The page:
World Record attempts used to be about stretching human achievement to the limits: The fastest runner, the highest jumper and most marshmallows stuffed up one nostril (604, Toxteth O’Grady, USA).
The fine folks at Guinness realised that this wasn’t sustainable, since most people are actually kinda shit, and started introducing more and more records. Now it’s just about being arsed to organise something: Most people dressed as Smurfs; Largest collection of Do Not Disturb hotel signs; Largest display of Star Wars clone troopers built with interlocking plastic bricks. Rubbish.
This story on the BBC intrigued us. World record attempt for most expensive cheese sandwich.
Of course, as you all know, value is:
…the worth of a goods or service as determined by the market.
Value is linked to price through the mechanism of exchange. When an economist observes an exchange, two important value functions are revealed: those of the buyer and seller. Just as the buyer reveals what he is willing to pay for a certain amount of a good, so too does the seller reveal what it costs him to give up the good. You’ve stopped reading this bit, right? Just skimming over it.
Additional information about value is obtained by the rate at which transactions occur, telling observers the extent to which the purchase of the good has value over time. Blah blah blah.
Said another way, value is how much a desired object or condition is worth relative to other objects or conditions. Economic values are expressed as “how much” of one desirable condition or commodity will, or would be given up in exchange for some other desired condition or commodity. Monkeys. Among the competing schools of economic theory there are differing metrics for value assessment and the metrics are the subject of a “Theory of Value.” Value theories are a large part of the differences and disagreements between the various schools of economic theory.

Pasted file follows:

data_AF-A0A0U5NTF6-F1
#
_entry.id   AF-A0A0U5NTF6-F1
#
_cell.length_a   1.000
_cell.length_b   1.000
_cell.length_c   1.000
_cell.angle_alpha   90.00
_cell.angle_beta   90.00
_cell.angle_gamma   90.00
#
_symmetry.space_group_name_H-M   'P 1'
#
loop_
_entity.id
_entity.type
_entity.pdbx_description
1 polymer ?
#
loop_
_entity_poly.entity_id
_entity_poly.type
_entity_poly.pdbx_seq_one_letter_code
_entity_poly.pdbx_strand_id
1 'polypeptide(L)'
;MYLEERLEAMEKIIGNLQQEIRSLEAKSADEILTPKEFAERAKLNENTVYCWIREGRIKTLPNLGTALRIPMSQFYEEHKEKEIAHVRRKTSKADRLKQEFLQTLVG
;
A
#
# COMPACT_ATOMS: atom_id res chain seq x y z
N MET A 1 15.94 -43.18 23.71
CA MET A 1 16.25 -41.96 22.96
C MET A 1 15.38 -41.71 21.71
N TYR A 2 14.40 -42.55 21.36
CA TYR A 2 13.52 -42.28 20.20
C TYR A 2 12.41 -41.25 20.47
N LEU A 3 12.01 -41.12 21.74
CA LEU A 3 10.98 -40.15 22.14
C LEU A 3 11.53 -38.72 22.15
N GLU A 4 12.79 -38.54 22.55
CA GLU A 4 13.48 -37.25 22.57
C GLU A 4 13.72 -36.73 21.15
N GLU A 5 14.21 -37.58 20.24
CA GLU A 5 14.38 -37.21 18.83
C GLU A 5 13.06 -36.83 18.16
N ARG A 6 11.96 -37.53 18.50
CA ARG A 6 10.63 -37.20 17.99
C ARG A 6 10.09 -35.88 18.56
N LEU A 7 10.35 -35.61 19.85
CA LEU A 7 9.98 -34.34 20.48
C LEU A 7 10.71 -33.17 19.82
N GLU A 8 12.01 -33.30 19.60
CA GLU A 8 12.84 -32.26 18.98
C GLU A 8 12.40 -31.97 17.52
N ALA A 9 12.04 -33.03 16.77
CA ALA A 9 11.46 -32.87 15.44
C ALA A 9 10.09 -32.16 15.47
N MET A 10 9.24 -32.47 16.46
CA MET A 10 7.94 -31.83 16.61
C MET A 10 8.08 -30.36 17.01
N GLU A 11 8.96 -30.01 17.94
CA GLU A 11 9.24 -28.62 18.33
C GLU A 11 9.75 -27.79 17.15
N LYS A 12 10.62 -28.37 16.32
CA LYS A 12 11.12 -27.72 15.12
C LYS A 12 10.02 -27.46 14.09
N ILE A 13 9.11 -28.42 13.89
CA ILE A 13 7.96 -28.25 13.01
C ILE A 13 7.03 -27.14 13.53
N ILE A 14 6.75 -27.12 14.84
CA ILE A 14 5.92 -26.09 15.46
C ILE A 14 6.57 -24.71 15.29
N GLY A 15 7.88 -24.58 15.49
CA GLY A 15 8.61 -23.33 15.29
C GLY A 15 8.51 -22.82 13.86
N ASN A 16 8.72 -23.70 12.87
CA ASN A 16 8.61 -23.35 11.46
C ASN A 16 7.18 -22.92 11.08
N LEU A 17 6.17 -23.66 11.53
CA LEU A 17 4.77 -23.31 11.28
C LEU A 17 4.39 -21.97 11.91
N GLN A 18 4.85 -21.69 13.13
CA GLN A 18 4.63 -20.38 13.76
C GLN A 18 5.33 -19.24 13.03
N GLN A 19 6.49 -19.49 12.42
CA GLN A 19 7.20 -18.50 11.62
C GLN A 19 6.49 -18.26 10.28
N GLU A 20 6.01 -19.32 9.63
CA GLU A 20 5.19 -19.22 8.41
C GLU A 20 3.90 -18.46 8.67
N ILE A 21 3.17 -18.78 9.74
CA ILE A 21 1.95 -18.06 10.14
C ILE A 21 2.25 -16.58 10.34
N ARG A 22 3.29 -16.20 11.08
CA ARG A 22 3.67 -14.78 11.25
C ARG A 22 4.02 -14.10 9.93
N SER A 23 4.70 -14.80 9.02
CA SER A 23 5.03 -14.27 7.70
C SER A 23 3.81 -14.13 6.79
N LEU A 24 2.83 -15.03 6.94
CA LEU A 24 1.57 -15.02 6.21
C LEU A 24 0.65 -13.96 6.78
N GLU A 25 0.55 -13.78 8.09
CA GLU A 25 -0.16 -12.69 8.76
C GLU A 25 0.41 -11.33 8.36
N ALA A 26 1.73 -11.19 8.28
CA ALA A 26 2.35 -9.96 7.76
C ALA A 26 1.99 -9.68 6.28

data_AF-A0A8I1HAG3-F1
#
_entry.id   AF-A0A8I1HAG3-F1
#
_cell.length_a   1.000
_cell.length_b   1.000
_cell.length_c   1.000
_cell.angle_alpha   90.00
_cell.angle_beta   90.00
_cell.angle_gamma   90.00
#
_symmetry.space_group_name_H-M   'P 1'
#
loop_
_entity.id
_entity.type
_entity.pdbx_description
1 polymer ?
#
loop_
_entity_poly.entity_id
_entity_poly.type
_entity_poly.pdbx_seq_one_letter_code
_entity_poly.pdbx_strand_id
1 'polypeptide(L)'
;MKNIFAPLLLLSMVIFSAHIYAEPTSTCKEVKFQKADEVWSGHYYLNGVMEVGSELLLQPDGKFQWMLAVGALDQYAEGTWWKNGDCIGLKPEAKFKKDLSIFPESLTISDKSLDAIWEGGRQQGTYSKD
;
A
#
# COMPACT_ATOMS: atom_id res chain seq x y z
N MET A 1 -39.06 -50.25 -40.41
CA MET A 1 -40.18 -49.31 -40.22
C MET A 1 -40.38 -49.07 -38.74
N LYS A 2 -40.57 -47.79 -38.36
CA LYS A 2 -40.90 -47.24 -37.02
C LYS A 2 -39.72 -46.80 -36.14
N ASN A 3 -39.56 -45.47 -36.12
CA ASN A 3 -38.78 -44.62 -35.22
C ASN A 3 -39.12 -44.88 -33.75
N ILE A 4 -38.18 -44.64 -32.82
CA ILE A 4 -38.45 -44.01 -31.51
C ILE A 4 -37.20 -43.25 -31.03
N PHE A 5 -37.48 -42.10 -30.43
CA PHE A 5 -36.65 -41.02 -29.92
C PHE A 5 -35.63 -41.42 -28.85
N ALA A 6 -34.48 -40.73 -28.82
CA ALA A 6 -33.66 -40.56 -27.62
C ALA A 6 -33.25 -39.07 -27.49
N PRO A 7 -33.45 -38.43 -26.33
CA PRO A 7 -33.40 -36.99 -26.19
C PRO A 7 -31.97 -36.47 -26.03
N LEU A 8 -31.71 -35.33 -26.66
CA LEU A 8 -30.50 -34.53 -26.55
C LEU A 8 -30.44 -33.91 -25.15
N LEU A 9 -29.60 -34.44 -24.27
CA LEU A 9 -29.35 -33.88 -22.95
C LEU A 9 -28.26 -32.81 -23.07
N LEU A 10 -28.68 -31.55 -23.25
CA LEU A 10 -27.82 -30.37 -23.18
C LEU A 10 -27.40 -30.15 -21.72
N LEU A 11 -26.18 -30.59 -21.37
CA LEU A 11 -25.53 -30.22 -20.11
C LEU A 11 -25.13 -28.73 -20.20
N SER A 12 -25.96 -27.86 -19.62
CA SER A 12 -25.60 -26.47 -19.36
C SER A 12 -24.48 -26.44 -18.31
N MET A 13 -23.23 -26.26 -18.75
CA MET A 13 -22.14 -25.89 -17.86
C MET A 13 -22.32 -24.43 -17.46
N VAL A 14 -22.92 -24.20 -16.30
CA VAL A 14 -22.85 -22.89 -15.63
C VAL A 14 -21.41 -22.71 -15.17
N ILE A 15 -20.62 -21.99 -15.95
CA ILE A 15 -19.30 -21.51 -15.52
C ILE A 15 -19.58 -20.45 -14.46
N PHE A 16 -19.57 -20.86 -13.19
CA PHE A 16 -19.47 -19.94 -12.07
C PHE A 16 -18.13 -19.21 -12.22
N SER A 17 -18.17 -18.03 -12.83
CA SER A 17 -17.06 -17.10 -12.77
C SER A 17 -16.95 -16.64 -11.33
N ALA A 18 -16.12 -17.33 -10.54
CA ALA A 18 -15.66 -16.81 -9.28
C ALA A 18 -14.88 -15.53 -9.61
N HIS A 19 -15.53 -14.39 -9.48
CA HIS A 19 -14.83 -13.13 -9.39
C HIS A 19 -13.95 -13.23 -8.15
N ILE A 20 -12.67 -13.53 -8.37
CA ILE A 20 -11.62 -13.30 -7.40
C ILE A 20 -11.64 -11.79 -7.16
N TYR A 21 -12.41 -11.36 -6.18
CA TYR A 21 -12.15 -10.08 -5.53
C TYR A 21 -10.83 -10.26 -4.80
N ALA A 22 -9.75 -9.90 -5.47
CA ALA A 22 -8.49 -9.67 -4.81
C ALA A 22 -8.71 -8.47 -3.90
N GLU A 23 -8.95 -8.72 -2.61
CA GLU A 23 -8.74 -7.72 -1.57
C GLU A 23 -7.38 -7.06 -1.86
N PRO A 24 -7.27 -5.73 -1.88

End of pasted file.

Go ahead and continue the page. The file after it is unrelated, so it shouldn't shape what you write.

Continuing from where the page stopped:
Value is what something is worth in a certain situation: A bottle of water is more valuable in the desert than in a bottle of water factory. An expensive cheese sandwich is worthless in a really poor area, like Somalia, or Coventry. The cheese sandwich is worth whatever people will pay for it.
I set to work constructing a cheese sandwich. I used bread, meat and cheese. This is not MasterChef. There will be no detailed explanation. I then sold the sandwich to a colleague for the sum of £111.11. To balance the books, I then bought a digestive biscuit from him for £111.11, thereby giving him the (as yet unrecognised) World Record for Most Expensive Biscuit. The biscuit was nice, I dunked it in my tea.
I got in contact with Guinness, to let them know of the new record, which will certainly appear in their newest edition:
I have sold my lunch, comprising of a sandwich made of two slices of Tiger Bread cut with my own fair hands, pastrami and a meat that looks like chorizo, but might not be, and some cheese. For this sandwich, I received a total of £111.11, which I believe exceeds the current record. I have a receipt that can be made available at your request. The sandwich was sold to Toby Nothisrealname, who claimed to be “starving to death”, because he hadn’t bothered to have any breakfast. While I am unsure as to the veracity of his claim to be starving to death, he was hungry enough to pay for a sandwich. This has left me at a disadvantage, as I don’t have any lunch now.
I didn’t tell them about the expensive biscuit. If he wants a World Record, he can work for it. I didn’t pay the £400 fee to Guinness to have a 3 day turnaround on my record approval. I’m not sure what grounds they’ll have to reject my claim: The man on the news just built the sandwich, I actually sold it, which, if anything, makes me better than him, Gordon Ramsay and Jesus.
What will Guinness say? Watch this space. Literally.